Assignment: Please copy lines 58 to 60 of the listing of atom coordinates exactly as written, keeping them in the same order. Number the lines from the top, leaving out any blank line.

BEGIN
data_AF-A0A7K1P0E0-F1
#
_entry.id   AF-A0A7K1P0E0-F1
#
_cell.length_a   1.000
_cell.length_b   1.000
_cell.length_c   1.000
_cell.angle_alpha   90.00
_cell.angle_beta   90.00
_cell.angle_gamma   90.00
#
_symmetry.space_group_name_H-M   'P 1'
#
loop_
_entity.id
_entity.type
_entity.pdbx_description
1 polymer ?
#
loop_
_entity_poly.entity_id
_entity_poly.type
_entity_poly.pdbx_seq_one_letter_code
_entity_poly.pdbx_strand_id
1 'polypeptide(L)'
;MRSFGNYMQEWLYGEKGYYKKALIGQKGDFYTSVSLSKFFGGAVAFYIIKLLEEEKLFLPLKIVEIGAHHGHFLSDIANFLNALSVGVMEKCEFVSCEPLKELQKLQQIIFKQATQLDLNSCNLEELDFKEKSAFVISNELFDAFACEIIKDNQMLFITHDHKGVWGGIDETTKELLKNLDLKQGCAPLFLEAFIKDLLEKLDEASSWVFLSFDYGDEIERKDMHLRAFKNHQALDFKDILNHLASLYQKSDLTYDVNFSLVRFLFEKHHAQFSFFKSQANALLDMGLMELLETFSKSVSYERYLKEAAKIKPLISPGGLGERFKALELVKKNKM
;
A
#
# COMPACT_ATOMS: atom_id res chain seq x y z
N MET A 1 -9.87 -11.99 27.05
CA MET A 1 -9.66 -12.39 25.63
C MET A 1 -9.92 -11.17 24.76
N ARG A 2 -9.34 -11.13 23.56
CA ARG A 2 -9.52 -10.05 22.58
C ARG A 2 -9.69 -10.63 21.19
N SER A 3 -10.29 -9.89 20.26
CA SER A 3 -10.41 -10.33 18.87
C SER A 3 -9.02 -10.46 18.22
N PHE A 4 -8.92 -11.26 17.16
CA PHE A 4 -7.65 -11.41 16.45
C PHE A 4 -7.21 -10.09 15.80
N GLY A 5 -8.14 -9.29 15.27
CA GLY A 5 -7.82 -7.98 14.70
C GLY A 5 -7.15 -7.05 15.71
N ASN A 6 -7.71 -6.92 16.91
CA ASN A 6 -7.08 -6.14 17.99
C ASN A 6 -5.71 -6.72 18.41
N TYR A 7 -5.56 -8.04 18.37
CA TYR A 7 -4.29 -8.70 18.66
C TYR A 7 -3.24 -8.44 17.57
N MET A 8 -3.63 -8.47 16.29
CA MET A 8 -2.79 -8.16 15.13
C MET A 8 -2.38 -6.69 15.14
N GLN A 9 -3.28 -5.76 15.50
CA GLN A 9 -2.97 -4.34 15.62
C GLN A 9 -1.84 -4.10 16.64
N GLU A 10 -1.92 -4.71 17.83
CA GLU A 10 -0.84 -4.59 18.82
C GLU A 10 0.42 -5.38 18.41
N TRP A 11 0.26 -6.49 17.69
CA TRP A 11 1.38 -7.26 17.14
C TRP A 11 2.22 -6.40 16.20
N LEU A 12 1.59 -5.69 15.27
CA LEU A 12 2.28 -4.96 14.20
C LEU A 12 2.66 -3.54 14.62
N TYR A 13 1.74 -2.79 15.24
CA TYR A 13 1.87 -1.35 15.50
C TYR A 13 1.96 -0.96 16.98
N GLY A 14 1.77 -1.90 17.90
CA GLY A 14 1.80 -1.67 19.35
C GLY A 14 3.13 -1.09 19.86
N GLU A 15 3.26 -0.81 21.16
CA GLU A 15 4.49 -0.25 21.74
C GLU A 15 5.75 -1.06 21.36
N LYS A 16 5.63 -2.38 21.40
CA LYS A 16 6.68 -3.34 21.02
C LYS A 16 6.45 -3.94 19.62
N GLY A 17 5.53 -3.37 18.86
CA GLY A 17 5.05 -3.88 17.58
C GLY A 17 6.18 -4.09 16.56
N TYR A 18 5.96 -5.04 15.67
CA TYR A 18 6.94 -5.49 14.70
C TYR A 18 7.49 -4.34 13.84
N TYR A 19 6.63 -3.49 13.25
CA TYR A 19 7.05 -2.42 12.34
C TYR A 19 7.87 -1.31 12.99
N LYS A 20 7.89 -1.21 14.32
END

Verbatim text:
N GLU A 10 -1.92 -4.71 17.83
CA GLU A 10 -0.84 -4.59 18.82
C GLU A 10 0.42 -5.38 18.41